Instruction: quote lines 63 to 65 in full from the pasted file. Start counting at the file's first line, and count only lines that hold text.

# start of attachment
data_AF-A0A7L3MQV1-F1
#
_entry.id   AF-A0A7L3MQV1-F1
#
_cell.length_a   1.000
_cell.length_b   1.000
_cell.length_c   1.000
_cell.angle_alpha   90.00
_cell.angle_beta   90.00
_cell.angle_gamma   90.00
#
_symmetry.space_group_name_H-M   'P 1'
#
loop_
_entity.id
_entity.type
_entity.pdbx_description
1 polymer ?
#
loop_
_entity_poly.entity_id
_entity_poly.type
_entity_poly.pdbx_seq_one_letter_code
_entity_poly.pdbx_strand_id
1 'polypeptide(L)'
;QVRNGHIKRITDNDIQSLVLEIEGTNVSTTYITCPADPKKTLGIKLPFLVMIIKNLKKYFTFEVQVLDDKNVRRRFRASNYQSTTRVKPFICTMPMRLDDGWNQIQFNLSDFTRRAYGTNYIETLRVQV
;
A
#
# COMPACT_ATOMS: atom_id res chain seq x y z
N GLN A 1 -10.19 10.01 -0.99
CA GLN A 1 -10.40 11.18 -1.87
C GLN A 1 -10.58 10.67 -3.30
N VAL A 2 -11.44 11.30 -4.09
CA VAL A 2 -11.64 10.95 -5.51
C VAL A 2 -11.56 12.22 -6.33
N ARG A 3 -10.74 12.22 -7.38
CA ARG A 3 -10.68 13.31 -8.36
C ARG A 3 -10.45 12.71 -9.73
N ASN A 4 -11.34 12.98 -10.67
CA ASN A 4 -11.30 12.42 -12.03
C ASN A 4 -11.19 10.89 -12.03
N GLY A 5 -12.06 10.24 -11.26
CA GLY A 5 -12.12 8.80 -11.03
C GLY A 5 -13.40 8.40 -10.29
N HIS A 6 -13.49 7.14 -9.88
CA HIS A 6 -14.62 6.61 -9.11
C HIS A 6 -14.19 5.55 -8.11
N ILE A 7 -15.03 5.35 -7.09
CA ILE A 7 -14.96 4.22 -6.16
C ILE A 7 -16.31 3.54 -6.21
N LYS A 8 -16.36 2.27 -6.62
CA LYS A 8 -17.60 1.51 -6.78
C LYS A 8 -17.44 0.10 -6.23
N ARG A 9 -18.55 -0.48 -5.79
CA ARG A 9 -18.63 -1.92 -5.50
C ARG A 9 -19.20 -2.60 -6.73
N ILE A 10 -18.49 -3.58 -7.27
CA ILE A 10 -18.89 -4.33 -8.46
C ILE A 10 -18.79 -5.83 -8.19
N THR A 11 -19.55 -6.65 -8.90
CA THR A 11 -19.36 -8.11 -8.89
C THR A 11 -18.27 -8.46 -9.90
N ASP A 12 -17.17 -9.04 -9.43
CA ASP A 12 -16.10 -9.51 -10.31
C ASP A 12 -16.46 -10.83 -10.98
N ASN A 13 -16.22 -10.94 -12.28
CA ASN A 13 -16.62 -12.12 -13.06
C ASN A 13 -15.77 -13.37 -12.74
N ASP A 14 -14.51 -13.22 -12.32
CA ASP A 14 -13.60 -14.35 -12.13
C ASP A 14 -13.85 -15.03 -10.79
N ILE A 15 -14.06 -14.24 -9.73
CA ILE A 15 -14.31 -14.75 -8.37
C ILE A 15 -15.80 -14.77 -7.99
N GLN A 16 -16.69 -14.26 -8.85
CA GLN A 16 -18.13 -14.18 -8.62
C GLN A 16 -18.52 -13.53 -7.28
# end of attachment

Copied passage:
C THR A 11 -18.27 -8.46 -9.90
N ASP A 12 -17.17 -9.04 -9.43
CA ASP A 12 -16.10 -9.51 -10.31